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If you find information on a web site, show it to your transplant coordinator to make sure it is medically correct. Reliable web sites include:

Your diet

Maintain a healthy body weight

Being a healthy weight helps to control your blood pressure, cholesterol and blood glucose levels. It also lowers your risk of developing transplant heart disease.

Tip

After your transplant it is important to make lifestyle changes so you can live a heart healthy lifestyle. This includes:

  • exercise
  • healthful diet
  • weight control.

What is a healthy weight?

Men should weigh 106 pounds for the first five feet. Then, add six pounds for each inch. For example, a man who is 5 feet 11 inches tall should weigh 172 pounds.

Women should weigh 105 pounds for the first five feet. Then, add five pounds for each inch. For example, a woman who is 5 feet 7 inches tall should weigh 140 pounds.

The body mass index (BMI) is a measure of body fat based on height and weight. The results tell if you are underweight, normal, overweight or obese.

According to the National Institutes of Health, BMI ranges are:

  • normal: 18.5 to 24.9
  • overweight: 25 to 29.9
  • obese: 30 and over.

Find your BMI.

Medicine may increase your appetite

Even if your weight was not a problem in the past, having an increased appetite is a common side effect of prednisone. You may find yourself feeling hungry more often and eating more than you realize.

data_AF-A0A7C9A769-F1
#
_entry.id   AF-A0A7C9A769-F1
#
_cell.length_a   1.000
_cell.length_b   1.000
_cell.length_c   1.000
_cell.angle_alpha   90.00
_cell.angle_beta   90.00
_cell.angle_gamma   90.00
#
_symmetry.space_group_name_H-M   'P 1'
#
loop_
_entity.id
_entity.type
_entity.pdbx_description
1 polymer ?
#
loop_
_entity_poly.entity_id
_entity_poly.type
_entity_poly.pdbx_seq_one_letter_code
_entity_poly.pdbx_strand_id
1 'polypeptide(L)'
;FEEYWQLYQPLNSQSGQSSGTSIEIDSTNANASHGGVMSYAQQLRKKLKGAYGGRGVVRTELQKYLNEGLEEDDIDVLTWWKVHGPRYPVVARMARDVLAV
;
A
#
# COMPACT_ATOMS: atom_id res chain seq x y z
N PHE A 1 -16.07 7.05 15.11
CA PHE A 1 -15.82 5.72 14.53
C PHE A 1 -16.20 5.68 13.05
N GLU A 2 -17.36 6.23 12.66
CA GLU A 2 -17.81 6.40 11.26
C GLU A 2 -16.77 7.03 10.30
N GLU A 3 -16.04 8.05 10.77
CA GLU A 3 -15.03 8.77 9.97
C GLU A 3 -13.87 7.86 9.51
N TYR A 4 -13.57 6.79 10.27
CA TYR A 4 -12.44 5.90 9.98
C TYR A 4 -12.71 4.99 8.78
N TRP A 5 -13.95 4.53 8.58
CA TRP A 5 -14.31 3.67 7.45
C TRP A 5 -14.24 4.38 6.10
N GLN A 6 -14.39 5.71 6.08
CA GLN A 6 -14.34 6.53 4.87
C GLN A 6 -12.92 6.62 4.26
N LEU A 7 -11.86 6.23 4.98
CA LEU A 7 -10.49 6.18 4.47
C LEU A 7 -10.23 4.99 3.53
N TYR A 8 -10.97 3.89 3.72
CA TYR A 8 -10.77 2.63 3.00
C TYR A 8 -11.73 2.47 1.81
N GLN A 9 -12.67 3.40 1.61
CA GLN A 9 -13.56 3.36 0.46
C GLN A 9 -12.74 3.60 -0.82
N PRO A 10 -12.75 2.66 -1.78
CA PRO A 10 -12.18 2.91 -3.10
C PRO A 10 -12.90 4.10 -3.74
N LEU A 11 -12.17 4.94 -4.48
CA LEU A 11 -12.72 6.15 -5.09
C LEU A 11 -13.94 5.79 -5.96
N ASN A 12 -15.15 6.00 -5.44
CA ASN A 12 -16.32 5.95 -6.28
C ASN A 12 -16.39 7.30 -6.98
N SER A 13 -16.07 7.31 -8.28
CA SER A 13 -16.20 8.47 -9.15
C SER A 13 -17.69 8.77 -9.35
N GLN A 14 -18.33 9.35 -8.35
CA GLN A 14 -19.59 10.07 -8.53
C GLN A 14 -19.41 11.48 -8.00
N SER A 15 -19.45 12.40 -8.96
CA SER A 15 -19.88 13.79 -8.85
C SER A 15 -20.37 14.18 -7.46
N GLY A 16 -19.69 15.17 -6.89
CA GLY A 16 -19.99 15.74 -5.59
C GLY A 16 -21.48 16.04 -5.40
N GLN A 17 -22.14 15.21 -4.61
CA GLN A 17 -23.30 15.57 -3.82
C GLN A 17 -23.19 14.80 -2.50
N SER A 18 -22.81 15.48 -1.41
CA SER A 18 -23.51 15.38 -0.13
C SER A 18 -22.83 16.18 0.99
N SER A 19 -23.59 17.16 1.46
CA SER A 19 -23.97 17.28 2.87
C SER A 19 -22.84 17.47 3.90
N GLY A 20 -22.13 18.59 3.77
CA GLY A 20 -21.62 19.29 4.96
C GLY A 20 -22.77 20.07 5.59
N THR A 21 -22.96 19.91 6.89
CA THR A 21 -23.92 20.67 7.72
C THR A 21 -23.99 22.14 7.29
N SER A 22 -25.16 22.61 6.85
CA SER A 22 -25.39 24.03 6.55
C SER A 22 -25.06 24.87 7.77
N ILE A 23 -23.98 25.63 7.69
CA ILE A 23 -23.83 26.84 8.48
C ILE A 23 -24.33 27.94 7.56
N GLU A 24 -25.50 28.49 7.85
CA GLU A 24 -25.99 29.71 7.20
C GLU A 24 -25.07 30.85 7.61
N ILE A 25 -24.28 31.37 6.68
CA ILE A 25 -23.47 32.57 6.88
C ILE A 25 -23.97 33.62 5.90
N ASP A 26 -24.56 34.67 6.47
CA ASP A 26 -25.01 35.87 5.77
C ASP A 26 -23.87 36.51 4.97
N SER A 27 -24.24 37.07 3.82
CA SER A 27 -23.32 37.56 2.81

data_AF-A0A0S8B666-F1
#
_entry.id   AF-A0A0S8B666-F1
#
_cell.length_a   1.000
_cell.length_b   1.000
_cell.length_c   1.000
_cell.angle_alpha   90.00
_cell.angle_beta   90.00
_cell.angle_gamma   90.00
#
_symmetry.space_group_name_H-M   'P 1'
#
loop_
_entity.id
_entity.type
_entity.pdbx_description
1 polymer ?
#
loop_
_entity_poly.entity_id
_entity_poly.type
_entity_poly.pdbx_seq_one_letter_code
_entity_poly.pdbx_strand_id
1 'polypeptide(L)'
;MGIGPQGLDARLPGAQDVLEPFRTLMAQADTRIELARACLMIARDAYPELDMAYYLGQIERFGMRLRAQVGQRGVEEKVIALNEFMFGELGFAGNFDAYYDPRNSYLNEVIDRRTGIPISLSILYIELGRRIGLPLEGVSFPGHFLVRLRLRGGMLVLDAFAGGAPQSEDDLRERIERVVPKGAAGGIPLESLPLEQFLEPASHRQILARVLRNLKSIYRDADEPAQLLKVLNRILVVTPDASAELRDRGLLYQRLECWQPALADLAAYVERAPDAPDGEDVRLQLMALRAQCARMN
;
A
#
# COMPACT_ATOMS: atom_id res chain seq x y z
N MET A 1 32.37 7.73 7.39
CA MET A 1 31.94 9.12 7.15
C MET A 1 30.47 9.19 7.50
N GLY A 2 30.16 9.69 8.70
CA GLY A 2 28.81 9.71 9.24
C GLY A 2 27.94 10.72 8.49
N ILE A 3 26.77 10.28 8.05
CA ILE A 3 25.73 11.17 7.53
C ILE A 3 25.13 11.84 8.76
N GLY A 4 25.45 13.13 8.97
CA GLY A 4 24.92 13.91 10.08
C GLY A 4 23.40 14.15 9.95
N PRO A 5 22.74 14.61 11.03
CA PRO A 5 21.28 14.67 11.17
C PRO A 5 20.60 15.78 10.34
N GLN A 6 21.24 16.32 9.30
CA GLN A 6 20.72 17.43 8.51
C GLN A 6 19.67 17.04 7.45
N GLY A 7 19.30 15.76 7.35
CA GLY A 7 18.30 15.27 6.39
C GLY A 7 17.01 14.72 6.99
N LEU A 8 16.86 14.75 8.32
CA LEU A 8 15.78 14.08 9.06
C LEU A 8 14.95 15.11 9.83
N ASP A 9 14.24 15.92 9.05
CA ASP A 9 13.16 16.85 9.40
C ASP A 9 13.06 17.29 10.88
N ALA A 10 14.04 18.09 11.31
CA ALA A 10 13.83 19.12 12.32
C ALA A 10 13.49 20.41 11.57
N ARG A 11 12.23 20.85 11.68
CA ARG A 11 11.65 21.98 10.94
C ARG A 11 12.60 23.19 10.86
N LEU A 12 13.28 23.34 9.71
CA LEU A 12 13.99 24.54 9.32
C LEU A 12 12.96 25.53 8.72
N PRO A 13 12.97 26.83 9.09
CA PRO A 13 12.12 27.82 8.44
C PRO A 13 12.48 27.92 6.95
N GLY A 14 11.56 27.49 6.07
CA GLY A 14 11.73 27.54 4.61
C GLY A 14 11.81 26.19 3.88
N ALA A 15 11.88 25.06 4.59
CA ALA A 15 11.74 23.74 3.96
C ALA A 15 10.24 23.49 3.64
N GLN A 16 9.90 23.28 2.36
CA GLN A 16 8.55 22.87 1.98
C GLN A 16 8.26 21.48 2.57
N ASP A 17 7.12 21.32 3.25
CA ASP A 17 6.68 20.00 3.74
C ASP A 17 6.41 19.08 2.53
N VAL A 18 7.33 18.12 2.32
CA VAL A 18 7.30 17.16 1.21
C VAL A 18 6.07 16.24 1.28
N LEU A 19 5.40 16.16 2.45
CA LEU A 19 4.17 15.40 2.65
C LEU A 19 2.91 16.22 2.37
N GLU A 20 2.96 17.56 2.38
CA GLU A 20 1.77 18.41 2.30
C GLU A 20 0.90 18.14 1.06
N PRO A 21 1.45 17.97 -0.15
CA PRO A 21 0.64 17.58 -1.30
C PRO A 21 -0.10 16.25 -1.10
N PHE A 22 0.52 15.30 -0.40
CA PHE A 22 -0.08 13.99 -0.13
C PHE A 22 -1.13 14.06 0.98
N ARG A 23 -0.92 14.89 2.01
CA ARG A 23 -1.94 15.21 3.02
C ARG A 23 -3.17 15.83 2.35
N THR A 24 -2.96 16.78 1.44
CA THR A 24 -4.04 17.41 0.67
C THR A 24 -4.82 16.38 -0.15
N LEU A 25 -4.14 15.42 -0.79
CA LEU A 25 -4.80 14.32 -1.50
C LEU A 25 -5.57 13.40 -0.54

If your weight starts to slowly increase, you are eating too much. Prednisone alone has no calories. It is what you eat while taking prednisone that is causing the weight gain.

To avoid weight gain:

  • Eat smaller portions.
  • Eat less often.
  • Avoid eating foods that are high in calories (such as sweets, desserts and extra fats).
  • Try to eat only when you are hungry, not out of habit.
  • Get enough exercise.

Limit cholesterol and fats

Cholesterol and saturated fats are found in animal products such as meats, dairy products and eggs. Saturated fats raise your blood cholesterol more than anything else in your diet.

Limiting foods like butter, cheese, whole milk, ice cream and fatty meats will lower your blood cholesterol level and your risk of developing heart disease.

Limit sodium (salt)

Eating foods low in sodium will help control your blood pressure. It will also help keep your body from holding (retaining) extra fluid. As a result, your heart won't have to work as hard.

Avoid eating salty foods and do not add salt to your food.

It is important to make — and stick with — these changes to decrease your risk of long-term problems.

A dietitian can meet with you to talk about how to plan your meals. Please call the transplant office to set up an appointment.


 

Source: Allina Health's Patient Education Department, Care After Heart Transplant, cvs-ahc-95405 (4/13)

First published: 01/06/2013
Last updated: 01/06/2013

Reviewed by: Allina Health's Patient Education Department